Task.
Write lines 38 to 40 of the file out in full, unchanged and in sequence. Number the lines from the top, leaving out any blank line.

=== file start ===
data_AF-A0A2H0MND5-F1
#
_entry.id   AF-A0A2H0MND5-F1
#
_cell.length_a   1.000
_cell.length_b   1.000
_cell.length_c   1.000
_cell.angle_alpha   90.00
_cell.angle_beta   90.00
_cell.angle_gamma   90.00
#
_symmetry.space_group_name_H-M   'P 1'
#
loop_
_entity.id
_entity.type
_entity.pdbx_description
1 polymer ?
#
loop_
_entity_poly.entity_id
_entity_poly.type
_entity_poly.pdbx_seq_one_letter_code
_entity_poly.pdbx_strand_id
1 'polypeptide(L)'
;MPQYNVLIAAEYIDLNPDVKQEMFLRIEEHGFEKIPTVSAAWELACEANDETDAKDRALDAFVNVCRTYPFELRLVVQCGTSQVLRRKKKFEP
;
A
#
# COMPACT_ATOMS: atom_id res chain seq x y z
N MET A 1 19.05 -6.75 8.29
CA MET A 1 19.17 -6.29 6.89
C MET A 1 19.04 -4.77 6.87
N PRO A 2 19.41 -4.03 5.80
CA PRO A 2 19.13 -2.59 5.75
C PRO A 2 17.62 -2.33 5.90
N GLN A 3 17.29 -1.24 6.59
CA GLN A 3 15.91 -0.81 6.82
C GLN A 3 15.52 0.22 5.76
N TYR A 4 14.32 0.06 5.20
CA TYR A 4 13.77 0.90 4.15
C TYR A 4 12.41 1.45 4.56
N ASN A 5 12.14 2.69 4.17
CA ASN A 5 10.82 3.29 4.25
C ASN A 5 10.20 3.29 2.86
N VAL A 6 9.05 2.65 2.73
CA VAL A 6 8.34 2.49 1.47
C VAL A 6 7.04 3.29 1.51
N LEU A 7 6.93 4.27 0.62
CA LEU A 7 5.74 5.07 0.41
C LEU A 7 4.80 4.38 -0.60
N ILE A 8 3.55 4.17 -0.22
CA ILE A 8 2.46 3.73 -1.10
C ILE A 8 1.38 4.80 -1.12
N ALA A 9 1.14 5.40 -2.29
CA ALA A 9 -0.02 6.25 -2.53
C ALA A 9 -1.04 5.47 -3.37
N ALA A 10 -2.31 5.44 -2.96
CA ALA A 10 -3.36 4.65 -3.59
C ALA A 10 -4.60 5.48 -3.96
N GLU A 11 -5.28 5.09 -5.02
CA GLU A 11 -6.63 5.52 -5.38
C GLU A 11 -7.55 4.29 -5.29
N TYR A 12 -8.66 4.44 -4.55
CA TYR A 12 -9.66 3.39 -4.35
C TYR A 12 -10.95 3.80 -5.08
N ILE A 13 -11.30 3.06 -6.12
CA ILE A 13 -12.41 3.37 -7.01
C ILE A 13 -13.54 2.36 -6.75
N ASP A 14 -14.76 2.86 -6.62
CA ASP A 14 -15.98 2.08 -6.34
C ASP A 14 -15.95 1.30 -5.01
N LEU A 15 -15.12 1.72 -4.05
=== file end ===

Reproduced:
CA GLN A 3 15.91 -0.81 6.82
C GLN A 3 15.52 0.22 5.76
N TYR A 4 14.32 0.06 5.20